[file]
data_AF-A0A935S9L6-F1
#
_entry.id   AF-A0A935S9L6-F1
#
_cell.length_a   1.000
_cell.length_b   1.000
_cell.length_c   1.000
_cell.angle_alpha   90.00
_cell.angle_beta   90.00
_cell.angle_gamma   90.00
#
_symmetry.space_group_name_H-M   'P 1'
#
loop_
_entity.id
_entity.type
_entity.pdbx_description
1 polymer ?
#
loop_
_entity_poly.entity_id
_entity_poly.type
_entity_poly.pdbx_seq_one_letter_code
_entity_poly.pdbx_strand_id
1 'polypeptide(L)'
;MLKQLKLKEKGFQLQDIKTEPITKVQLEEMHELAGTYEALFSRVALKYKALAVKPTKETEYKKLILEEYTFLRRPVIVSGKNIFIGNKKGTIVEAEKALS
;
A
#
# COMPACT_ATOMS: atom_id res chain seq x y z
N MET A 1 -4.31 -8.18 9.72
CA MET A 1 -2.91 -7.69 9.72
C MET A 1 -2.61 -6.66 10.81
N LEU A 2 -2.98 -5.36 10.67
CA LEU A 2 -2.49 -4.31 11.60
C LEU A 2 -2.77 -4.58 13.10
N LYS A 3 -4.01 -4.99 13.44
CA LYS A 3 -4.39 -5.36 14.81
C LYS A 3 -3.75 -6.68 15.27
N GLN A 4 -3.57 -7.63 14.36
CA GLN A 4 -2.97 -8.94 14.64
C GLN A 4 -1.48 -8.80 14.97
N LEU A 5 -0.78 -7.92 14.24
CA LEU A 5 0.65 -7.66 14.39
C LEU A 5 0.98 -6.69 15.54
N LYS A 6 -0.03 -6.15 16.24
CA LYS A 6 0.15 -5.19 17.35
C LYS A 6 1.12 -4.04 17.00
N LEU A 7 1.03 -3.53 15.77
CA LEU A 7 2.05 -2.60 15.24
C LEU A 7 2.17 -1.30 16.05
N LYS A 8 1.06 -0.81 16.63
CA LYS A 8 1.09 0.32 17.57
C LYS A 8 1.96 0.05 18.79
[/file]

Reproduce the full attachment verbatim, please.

data_AF-A0A935S9L6-F1
#
_entry.id   AF-A0A935S9L6-F1
#
_cell.length_a   1.000
_cell.length_b   1.000
_cell.length_c   1.000
_cell.angle_alpha   90.00
_cell.angle_beta   90.00
_cell.angle_gamma   90.00
#
_symmetry.space_group_name_H-M   'P 1'
#
loop_
_entity.id
_entity.type
_entity.pdbx_description
1 polymer ?
#
loop_
_entity_poly.entity_id
_entity_poly.type
_entity_poly.pdbx_seq_one_letter_code
_entity_poly.pdbx_strand_id
1 'polypeptide(L)'
;MLKQLKLKEKGFQLQDIKTEPITKVQLEEMHELAGTYEALFSRVALKYKALAVKPTKETEYKKLILEEYTFLRRPVIVSGKNIFIGNKKGTIVEAEKALS
;
A
#
# COMPACT_ATOMS: atom_id res chain seq x y z
N MET A 1 -4.31 -8.18 9.72
CA MET A 1 -2.91 -7.69 9.72
C MET A 1 -2.61 -6.66 10.81
N LEU A 2 -2.98 -5.36 10.67
CA LEU A 2 -2.49 -4.31 11.60
C LEU A 2 -2.77 -4.58 13.10
N LYS A 3 -4.01 -4.99 13.44
CA LYS A 3 -4.39 -5.36 14.81
C LYS A 3 -3.75 -6.68 15.27
N GLN A 4 -3.57 -7.63 14.36
CA GLN A 4 -2.97 -8.94 14.64
C GLN A 4 -1.48 -8.80 14.97
N LEU A 5 -0.78 -7.92 14.24
CA LEU A 5 0.65 -7.66 14.39
C LEU A 5 0.98 -6.69 15.54
N LYS A 6 -0.03 -6.15 16.24
CA LYS A 6 0.15 -5.19 17.35
C LYS A 6 1.12 -4.04 17.00
N LEU A 7 1.03 -3.53 15.77
CA LEU A 7 2.05 -2.60 15.24
C LEU A 7 2.17 -1.30 16.05
N LYS A 8 1.06 -0.81 16.63
CA LYS A 8 1.09 0.32 17.57
C LYS A 8 1.96 0.05 18.79